Last week’s prompt was “cemetery” and although I am a week behind, I will catch up on the weekly prompts. Life sometimes gets way too busy and the research into the past has to wait a bit! The prompt immediately reminded me of the cemetery in Virginia that I would like to visit sometime although it would be quite a trip! It is named the Ashlin-Wilkinson Cemetery.
This cemetery is important to me because it is located on part of Chesley Ashlin’s old farm and Chesley Harrison Ashlin and his wife, Phoebe Byrd James were my 3rd Great-grandparents. Just to see part of the farm where they once lived would be exciting! In addition, Chesley’s parents, Christopher Ashlin and Lucy Baker Ashlin, my fourth great-grandparents, are also buried there. To make it more endearing, Chesley’s son, Columbus Perry Ashlin and Mary Ann James, my second great-grandparents, are also buried in this little cemetery. So here lie three generations of my ancestors and a few other relatives – all in one place on land once owned by the family. I find that pretty awesome!
I found pictures of the Ashlin-Wilkinson Cemetery on Find A Grave.com and was able to see a bit of what my third great-grandfather’s farm looked like. The cemetery is on the top of a hill and in the background are rolling hills and a line of trees indicating a wooded area. The Blue Ridge mountains are in a distance.
I know from the 1860 Census that this must have been a huge farm at one time as it was valued at $3000 which would have been about $80,000 today. Chesley Ashlin’s personal estate in 1860 included the value of 16 slaves and was valued at $11,000 which would be around $350-400,000 today. Of course all that changed after the Civil War and his real estate dropped to $2000 and his personal estate dropped to $550 (about $9,000 today) by 1870. Truly a life changing event for the family. They must have loved their farm enough to dedicate part of it to be their final resting place.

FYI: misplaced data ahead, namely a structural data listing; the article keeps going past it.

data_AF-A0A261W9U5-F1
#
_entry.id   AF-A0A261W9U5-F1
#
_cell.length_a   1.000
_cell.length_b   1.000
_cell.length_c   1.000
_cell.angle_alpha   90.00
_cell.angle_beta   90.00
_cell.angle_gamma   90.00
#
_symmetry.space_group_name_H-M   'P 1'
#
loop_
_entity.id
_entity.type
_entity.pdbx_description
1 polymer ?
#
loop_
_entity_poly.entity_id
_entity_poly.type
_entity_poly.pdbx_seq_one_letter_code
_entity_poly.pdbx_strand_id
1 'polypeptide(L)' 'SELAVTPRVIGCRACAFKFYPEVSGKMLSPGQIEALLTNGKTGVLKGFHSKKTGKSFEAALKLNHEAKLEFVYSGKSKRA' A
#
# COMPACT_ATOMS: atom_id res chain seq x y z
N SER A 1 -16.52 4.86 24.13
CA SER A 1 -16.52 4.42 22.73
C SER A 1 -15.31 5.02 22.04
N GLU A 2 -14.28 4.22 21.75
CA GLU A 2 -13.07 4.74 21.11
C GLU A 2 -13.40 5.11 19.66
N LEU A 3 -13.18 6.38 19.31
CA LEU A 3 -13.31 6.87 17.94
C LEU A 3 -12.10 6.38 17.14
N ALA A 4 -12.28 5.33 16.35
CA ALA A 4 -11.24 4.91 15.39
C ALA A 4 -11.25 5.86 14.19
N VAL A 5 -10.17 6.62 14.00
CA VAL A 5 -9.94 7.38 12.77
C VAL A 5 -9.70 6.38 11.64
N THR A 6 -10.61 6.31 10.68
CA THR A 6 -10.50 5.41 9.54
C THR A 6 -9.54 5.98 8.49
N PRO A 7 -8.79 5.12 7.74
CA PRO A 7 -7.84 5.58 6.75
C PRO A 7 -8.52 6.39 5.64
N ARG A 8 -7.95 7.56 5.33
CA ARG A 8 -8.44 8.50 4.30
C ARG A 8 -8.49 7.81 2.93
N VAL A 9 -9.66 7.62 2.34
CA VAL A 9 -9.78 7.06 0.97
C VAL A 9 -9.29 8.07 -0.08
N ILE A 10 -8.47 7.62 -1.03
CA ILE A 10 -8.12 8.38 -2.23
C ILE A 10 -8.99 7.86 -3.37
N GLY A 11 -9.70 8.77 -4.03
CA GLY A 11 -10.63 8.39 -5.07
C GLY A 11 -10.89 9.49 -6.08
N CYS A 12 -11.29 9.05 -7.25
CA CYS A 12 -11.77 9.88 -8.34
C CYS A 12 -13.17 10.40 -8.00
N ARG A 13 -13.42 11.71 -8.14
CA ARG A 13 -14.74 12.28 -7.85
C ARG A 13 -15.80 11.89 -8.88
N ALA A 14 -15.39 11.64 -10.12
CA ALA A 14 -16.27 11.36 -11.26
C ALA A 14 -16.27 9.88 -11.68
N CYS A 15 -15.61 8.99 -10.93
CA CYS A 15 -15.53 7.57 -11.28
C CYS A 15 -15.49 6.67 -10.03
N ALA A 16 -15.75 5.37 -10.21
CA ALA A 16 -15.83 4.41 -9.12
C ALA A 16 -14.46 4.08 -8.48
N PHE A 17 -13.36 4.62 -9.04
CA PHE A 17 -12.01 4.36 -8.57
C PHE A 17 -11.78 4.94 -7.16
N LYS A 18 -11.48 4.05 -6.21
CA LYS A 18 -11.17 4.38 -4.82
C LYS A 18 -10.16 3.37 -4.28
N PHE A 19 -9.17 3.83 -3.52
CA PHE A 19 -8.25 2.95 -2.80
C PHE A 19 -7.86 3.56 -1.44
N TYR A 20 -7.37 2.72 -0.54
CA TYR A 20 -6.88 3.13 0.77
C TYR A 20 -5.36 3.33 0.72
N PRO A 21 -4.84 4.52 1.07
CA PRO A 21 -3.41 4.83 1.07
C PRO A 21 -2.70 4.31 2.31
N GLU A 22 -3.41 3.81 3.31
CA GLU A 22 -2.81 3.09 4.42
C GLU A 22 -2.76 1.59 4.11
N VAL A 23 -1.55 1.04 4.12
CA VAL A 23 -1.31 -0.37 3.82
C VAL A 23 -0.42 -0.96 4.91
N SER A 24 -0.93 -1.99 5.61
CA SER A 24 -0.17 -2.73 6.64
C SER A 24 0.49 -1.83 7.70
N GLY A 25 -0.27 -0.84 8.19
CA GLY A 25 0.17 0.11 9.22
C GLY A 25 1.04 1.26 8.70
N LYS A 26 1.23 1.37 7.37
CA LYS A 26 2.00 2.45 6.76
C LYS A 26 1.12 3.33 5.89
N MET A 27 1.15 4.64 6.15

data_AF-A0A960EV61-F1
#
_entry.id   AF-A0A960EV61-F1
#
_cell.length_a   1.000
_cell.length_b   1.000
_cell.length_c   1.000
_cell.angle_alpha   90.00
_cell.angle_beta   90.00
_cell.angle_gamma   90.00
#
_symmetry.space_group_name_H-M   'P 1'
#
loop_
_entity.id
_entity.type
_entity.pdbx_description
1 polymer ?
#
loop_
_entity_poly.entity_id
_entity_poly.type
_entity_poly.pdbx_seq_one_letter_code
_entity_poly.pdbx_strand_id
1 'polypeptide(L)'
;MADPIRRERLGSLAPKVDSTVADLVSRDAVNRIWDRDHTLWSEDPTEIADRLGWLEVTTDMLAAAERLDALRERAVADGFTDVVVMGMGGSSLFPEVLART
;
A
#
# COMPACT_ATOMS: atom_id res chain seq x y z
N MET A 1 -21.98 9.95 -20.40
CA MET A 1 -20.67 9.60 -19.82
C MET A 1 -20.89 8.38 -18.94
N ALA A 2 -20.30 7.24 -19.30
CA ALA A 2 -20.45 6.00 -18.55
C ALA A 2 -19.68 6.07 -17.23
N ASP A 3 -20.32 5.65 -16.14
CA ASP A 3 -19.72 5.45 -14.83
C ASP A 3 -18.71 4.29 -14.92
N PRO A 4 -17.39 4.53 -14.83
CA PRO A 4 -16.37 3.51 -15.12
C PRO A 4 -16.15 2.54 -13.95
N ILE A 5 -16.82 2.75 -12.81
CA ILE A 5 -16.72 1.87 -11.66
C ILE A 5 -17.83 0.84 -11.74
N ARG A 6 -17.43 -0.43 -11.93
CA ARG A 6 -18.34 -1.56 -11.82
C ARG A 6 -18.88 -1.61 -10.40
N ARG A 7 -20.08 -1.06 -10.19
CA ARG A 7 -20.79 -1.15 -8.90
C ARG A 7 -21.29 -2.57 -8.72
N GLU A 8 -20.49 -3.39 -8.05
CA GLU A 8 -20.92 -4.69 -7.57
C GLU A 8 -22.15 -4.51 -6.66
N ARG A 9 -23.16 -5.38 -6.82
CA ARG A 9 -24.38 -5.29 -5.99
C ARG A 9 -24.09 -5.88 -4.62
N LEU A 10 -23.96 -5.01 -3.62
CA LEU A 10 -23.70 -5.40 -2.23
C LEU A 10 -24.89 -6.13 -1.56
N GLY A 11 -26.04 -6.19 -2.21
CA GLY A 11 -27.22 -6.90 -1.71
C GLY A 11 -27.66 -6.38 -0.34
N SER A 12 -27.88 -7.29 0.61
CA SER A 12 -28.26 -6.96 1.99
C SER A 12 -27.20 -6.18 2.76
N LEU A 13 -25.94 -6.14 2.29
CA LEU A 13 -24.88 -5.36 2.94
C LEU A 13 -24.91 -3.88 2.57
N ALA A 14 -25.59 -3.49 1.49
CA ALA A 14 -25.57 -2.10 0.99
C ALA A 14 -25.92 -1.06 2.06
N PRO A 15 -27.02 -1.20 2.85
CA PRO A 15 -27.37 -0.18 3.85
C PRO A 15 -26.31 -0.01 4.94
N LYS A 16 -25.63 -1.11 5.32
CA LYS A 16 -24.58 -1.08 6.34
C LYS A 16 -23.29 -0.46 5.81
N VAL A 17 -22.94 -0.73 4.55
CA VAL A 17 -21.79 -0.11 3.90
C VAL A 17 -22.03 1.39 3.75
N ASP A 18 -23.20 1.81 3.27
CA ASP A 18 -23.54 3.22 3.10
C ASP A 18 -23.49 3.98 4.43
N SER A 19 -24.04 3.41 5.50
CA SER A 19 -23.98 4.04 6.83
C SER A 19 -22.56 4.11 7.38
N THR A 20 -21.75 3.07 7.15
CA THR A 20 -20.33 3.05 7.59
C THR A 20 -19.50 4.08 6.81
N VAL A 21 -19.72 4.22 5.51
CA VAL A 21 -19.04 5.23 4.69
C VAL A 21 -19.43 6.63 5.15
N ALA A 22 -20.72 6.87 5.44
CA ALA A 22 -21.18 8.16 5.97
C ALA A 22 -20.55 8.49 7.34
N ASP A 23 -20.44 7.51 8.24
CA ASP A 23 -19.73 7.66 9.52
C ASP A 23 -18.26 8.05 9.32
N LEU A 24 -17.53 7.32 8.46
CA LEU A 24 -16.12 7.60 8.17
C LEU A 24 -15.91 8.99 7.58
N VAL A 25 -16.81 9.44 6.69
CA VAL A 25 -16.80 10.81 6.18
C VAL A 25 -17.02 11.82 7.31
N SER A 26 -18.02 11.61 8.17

There are just about 13 graves in this little cemetery and the pictures below show how some of the stone markers are deteriorating. It is located in the southeastern corner of Smyth County, Virginia and is ENE of the town of Sugar Grove, VA. It is much closer to Sugar Grove than to Rural Retreat. My father’s family and many relatives lived in the Sugar Grove area in the 1800’s and early 1900’s. If one wanted to visit, from Sugar Grove, take Route 614, which is Cedar Springs Road, 2.2 miles to a well fenced large area on the left and the cemetery is on the hill behind a house. There is supposed to be a path to the cemetery.
The GPS view I discovered shows the cemetery in the middle of a farm field.
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